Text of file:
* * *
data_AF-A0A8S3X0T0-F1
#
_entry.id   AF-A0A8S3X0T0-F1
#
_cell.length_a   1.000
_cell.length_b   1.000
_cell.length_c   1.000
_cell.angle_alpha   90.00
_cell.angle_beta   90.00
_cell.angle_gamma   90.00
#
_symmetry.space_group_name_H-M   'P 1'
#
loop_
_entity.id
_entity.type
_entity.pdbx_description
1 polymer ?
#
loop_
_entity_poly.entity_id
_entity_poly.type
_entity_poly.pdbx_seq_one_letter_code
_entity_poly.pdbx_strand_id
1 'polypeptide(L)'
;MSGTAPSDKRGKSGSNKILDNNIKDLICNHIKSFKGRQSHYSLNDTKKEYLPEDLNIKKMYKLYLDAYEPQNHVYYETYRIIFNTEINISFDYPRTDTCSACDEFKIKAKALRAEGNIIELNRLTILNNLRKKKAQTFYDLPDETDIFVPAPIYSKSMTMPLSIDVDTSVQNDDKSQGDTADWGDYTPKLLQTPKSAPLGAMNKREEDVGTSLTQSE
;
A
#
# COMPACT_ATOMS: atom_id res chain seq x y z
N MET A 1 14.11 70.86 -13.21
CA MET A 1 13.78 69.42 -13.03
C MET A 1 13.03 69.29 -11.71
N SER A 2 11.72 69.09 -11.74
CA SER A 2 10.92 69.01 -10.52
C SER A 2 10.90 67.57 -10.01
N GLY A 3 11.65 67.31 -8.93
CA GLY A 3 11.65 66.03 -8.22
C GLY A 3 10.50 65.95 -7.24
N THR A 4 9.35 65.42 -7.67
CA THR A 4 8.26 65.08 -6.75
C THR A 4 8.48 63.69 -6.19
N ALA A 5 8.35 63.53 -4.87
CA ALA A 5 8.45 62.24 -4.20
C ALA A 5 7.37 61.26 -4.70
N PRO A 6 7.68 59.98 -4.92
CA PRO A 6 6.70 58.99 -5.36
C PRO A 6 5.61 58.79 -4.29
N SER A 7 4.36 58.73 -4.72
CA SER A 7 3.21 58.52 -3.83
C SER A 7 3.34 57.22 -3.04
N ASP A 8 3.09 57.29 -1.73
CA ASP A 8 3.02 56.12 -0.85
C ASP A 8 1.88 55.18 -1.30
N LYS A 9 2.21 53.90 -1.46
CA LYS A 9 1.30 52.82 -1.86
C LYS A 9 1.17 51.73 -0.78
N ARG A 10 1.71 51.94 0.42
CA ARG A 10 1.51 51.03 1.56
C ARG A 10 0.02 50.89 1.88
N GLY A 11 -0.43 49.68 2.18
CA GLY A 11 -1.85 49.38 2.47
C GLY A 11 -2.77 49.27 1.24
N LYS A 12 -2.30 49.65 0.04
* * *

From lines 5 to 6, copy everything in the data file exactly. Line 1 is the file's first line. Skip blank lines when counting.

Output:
_cell.length_a   1.000
_cell.length_b   1.000